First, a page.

News of the Weird with Chuck Shepherd

May 6 • FEATURE BOTTOM, News, NEWS & VIEWSNo Comments on News of the Weird with Chuck Shepherd

News Of The Weird“Oooooo! Aaaaahhh! Eh?” 

The Canadian Radio-television & Telecommunications Commission in March reprimanded three pornography broadcast stations — not for excessively erotic fare, but for violating Canada’s protectionist, patriotic rules requiring that at least 35 percent of all content be of Canadian origin. According to its notice, the 24-hour AOV Adult Movie Channel, XXX Action Clips and Maleflixxx were falling short of the 8 1/2 hours a day of north-of-the-border sex action (and, in an additional charge, were failing to provide enough closed captioning to accompany the “Yeah’s” and “Oh, baby’s”).

Compelling Explanations

Drunk Logic: Wendy Simpson, 25, explaining her DUI arrest during a March incident in Huddersfield, England, pointed out that she had just minutes earlier walked to a McDonald’s for a late-night meal because she knew she was too inebriated to drive. However, the dining room was closed, and she was refused service at the drive-thru window because she was on foot, and, she said, the only option left for her was to go home, get her car and return to the drive-thru. On the way back, she
was arrested.

Efren Carrillo, a member of the board of supervisors of California’s Sonoma County, was charged with misdemeanor “peeking” last year in Santa Rosa after he, returning home from a club late at night, saw his female neighbor’s light on and decided to drop in on her (though he did not even know her name). He had knocked at her back patio door, carrying beers, but was dressed awkwardly, leading the woman to call 911. “In retrospect,” the county supervisor told police afterward, “I should have had my pants on” (instead of just his socks and underwear). (His trial was underway at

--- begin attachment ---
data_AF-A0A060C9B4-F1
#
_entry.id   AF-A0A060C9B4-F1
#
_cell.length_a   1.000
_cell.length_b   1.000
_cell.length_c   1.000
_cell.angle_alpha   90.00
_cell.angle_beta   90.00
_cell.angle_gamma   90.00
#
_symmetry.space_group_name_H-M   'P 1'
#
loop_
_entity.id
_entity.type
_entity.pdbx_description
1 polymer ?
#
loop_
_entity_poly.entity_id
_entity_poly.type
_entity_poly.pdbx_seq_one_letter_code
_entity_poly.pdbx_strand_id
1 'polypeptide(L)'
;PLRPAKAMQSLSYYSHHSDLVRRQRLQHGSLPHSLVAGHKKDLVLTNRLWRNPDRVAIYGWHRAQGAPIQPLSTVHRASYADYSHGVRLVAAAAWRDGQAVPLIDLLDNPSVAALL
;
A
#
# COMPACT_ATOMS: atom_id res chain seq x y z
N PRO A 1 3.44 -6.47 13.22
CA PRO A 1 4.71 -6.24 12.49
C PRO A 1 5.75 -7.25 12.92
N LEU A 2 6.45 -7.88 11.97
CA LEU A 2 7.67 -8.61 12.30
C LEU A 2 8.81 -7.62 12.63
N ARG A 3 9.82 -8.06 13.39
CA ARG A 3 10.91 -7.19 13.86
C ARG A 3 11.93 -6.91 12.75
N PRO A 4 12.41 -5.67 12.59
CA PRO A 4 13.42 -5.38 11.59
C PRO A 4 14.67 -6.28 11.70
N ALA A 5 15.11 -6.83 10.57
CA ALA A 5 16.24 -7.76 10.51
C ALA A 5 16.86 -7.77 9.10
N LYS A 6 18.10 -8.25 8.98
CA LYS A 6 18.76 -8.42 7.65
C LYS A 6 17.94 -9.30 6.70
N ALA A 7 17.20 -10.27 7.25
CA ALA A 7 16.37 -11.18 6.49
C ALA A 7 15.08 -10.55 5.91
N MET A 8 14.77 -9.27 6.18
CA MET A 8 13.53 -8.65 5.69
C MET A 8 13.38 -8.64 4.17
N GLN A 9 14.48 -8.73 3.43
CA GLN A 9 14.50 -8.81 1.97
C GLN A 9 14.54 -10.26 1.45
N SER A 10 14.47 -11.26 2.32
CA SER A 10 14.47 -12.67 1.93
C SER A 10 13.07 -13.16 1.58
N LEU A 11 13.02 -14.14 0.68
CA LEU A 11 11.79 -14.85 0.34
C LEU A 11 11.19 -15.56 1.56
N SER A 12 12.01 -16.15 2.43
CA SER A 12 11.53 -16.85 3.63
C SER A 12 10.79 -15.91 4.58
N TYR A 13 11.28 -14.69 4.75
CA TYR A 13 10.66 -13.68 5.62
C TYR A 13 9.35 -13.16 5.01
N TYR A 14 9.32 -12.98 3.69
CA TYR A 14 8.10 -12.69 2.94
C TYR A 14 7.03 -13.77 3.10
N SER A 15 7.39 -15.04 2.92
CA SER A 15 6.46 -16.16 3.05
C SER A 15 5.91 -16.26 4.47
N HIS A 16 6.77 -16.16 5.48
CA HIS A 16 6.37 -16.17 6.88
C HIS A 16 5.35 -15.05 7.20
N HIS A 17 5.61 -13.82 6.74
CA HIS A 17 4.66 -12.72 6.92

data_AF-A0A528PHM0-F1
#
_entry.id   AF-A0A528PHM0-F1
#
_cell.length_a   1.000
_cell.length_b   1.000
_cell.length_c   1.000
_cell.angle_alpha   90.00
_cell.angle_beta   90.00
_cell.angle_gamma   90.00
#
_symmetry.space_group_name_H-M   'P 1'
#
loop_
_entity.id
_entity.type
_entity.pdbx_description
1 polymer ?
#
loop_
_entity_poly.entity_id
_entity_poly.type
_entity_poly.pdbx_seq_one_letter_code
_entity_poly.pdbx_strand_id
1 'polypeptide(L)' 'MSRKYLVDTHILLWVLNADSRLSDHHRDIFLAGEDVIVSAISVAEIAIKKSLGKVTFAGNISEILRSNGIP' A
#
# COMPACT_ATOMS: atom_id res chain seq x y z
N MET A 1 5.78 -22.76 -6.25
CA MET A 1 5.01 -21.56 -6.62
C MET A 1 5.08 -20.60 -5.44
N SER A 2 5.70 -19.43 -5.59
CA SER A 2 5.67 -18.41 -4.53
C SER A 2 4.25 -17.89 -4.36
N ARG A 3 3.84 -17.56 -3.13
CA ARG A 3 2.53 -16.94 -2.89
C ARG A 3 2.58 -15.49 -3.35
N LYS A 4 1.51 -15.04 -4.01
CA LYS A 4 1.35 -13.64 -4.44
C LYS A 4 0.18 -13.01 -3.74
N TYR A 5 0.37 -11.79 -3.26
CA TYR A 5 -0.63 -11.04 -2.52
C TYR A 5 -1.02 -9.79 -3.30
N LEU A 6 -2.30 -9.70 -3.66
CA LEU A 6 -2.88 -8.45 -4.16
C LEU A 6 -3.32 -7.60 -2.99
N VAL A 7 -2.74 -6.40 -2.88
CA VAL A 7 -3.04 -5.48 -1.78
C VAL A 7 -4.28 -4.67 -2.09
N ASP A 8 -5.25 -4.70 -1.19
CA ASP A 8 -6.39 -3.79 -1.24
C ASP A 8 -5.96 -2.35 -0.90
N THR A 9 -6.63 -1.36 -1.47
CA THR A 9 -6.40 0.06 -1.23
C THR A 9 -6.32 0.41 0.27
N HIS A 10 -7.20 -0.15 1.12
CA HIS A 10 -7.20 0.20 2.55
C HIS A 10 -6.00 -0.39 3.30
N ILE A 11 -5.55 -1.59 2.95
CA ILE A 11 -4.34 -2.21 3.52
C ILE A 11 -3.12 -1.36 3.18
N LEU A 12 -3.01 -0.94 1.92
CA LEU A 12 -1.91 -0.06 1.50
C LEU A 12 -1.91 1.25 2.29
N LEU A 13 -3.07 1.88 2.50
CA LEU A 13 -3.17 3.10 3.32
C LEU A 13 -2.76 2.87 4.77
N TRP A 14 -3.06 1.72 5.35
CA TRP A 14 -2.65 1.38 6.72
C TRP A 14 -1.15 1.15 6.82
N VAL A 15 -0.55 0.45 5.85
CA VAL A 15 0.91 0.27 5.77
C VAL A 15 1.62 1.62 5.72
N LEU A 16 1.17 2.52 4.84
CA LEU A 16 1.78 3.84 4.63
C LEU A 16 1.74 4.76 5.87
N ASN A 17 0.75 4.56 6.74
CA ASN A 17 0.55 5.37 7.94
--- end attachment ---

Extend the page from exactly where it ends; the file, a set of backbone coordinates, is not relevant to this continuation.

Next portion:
press time.)

Among the arguments offered in March by Darrious Mathis’ lawyers for his jury trial in Cobb County, Georgia, (for assault, kidnapping and carjacking) was the assertion that Mathis needed no force in order to have sex with the female victim on the night in question — because Mathis is such a good-looking man. (However, the jury was not so dazzled and convicted him on all charges.)

Ironies

England’s Stockport magistrates’ court levied the equivalent of a $13,000 fine in March against Lorraine White, 41, who runs a part-time service as a dominatrix (chaining up and whipping “bad” men) in a “sex dungeon.” Her business is apparently perfectly legal; the citation was for violating fire codes because inspectors could not see how a client, being properly disciplined (handcuffed and chained), might escape the dungeon in the event of fire.

Sounds Like a Joke: The Food and Drug Administration has had run-ins with “homeopathic” products that subtly market themselves as health remedies without ever having sought the required FDA approval. However, in March, a different problem arose, requiring the agency to order a recall of 56 different batches of homeopathic remedies made by the Ferndale, Washington, company Terra-Medica — because they may have (accidentally) been genuine medicine. A variety of the firm’s capsules, tablets and suppositories, said the FDA, might have contained actual penicillin, inadvertently produced as a by-product of fermentation.

Tiffany Austin called a KTVU reporter in March after being dismissed as a member of the Planet Fitness Gym in Richmond, California, after only one 15-minute workout — because she was “too fit” and therefore making other members uncomfortable. Planet Fitness apparently takes seriously its business slogan guaranteeing “no gymtimidation,” designed to keep out-of-shape women from feeling bad about themselves. Said another member, to the reporter, “It’s unfair to show off your body.”

Latest Human Rights

Rehabilitated: Cook County, Ill., judge Cynthia Brim is awaiting the Illinois Courts Commission’s decision as she seeks to be reinstated following her suspension in 2012 for mental health issues. Brim has been diagnosed with schizoaffective disorder, has been hospitalized “multiple” times since 1993 (according to a Chicago Sun-Times report), and now claims to be fine, provided she takes her meds on schedule — which her doctor said she will need to do for the rest of her life. Her suspension came after a manic courtroom outburst lauding her heroic “testicles” and which preceded a  scuffle with sheriff’s deputies outside a county judicial building.

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